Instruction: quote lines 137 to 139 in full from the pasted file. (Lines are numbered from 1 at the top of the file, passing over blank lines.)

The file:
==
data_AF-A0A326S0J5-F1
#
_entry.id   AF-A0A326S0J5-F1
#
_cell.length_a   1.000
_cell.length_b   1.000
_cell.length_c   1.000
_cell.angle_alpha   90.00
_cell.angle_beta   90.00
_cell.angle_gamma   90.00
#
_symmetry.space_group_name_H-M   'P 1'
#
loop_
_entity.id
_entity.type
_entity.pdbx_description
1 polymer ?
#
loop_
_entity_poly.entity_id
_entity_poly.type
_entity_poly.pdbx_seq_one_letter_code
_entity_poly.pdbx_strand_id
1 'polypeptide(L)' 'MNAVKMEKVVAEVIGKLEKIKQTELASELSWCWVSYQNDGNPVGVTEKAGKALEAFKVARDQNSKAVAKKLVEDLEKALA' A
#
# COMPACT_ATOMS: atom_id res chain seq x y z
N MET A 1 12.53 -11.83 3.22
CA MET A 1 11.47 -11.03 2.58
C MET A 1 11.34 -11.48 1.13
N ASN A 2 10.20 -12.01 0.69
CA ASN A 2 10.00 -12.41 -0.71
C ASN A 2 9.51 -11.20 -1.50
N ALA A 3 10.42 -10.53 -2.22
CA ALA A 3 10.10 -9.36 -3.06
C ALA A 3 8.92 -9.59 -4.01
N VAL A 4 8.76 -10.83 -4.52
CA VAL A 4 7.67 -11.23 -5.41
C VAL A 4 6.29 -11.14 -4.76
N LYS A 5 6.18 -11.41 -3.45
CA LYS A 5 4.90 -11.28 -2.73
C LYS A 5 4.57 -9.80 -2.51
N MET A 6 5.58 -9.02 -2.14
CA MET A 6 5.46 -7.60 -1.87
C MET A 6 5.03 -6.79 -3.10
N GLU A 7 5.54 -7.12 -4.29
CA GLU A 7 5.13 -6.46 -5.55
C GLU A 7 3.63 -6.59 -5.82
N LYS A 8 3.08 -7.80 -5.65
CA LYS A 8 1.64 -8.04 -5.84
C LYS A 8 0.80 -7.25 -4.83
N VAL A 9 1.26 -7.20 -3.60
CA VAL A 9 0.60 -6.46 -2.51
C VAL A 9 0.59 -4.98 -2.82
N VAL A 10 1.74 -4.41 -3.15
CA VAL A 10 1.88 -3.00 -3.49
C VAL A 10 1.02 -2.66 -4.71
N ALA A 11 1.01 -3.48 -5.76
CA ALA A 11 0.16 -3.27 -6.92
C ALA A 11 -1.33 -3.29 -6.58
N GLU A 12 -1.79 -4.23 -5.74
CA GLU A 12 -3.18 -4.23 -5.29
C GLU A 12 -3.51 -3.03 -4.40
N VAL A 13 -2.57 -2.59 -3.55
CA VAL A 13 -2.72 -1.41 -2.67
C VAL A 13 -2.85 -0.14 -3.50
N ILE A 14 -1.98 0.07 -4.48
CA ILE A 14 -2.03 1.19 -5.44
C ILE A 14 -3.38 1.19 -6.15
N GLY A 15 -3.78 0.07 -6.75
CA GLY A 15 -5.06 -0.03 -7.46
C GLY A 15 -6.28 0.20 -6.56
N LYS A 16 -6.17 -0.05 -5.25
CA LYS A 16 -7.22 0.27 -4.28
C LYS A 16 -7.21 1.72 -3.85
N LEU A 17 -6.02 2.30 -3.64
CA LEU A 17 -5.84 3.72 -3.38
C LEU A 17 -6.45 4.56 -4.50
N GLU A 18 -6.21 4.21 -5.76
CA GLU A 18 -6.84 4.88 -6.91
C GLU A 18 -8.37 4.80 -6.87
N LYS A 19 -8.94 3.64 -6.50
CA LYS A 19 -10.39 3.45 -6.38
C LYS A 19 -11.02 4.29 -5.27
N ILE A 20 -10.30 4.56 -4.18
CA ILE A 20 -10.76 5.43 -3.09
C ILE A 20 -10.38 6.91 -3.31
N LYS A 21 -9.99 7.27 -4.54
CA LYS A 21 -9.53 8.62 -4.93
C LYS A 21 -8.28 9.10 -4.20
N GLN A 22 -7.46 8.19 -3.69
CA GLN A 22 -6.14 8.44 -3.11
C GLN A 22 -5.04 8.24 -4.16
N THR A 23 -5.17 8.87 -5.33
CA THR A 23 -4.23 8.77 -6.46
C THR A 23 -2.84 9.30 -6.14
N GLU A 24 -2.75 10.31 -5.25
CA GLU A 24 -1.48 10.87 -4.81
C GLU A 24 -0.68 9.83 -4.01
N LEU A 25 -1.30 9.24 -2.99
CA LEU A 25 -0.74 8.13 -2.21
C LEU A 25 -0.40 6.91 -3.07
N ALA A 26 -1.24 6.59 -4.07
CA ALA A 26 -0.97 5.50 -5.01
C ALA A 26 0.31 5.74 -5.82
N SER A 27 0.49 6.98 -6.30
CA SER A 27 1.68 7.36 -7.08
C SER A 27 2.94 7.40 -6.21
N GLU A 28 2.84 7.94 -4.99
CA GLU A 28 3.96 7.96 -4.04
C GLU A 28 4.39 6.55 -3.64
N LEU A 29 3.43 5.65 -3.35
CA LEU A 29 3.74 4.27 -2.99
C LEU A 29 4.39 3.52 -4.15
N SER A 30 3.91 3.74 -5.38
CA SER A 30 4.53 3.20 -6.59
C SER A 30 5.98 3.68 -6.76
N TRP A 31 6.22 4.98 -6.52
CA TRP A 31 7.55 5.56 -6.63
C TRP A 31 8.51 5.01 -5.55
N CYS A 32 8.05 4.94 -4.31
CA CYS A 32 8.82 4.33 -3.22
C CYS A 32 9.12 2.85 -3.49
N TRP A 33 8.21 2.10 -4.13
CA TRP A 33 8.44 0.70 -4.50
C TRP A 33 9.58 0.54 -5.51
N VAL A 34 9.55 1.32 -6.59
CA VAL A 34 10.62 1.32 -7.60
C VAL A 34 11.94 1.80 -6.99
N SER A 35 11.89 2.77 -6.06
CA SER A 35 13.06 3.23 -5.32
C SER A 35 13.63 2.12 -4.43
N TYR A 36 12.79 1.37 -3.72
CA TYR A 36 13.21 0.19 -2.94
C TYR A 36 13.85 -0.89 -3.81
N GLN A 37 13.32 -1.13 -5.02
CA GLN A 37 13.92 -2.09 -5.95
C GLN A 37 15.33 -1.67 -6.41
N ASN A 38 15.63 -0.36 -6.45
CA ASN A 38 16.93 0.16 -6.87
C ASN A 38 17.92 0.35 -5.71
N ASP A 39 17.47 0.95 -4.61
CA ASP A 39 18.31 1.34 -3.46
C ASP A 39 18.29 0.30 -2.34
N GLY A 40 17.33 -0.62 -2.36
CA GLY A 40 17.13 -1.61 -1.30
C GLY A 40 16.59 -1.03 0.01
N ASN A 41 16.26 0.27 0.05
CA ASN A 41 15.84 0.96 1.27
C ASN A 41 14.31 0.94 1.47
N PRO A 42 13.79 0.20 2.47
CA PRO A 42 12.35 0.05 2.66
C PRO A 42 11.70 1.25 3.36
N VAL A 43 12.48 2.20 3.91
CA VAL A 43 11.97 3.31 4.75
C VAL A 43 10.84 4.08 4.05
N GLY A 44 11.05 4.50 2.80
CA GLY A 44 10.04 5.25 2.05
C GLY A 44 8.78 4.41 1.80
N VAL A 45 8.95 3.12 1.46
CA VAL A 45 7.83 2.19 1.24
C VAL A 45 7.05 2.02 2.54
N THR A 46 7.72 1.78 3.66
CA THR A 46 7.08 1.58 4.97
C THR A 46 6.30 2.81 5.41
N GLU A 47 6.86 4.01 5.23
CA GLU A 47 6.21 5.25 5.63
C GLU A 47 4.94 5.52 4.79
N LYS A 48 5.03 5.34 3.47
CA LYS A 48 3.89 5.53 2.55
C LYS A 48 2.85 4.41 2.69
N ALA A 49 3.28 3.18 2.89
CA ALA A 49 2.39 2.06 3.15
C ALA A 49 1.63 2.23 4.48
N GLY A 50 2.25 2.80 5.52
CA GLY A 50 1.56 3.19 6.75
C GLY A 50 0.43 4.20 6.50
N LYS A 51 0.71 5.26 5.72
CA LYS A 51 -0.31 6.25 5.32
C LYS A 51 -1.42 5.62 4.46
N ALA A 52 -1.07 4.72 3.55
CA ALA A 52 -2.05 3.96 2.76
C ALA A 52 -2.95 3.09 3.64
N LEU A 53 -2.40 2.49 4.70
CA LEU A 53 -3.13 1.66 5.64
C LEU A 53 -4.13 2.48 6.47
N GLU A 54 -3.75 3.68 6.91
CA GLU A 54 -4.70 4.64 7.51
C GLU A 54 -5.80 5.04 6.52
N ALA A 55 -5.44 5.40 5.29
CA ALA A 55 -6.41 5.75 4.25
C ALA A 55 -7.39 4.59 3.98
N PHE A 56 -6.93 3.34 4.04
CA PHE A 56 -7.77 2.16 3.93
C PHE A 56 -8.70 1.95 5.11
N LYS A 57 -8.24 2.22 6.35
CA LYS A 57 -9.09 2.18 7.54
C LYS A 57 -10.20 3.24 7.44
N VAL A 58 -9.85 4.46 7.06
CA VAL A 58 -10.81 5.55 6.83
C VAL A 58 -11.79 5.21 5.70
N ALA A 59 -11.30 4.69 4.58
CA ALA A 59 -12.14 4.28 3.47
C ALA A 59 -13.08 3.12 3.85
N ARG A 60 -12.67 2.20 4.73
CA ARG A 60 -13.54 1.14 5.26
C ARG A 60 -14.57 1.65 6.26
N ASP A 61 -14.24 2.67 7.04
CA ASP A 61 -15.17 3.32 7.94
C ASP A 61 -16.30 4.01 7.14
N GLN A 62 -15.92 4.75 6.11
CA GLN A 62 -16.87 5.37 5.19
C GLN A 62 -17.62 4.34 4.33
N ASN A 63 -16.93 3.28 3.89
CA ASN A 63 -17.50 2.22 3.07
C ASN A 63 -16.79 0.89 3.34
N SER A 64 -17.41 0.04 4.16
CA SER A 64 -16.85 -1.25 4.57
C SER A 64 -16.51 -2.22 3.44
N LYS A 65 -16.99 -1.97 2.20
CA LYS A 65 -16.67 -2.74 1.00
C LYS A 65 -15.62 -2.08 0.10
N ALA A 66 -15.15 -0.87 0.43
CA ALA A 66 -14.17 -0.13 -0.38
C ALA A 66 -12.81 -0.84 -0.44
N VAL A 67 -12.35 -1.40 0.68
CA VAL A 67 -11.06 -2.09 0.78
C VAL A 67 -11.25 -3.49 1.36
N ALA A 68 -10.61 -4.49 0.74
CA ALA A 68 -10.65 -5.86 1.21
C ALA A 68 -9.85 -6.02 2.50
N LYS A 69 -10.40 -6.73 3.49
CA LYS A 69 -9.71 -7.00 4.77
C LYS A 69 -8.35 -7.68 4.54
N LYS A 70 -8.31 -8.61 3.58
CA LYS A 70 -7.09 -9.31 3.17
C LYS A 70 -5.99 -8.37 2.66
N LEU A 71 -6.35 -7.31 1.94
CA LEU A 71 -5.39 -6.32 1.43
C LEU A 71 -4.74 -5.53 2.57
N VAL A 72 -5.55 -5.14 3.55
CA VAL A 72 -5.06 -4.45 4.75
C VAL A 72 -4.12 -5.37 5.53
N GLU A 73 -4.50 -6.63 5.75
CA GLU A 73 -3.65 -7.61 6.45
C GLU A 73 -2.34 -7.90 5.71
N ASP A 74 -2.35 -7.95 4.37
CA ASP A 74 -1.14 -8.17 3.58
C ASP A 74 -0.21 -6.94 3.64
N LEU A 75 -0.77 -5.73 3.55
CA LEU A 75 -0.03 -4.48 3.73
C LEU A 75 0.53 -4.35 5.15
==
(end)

CA GLN A 37 13.92 -2.09 -5.95
C GLN A 37 15.33 -1.67 -6.41
N ASN A 38 15.63 -0.36 -6.45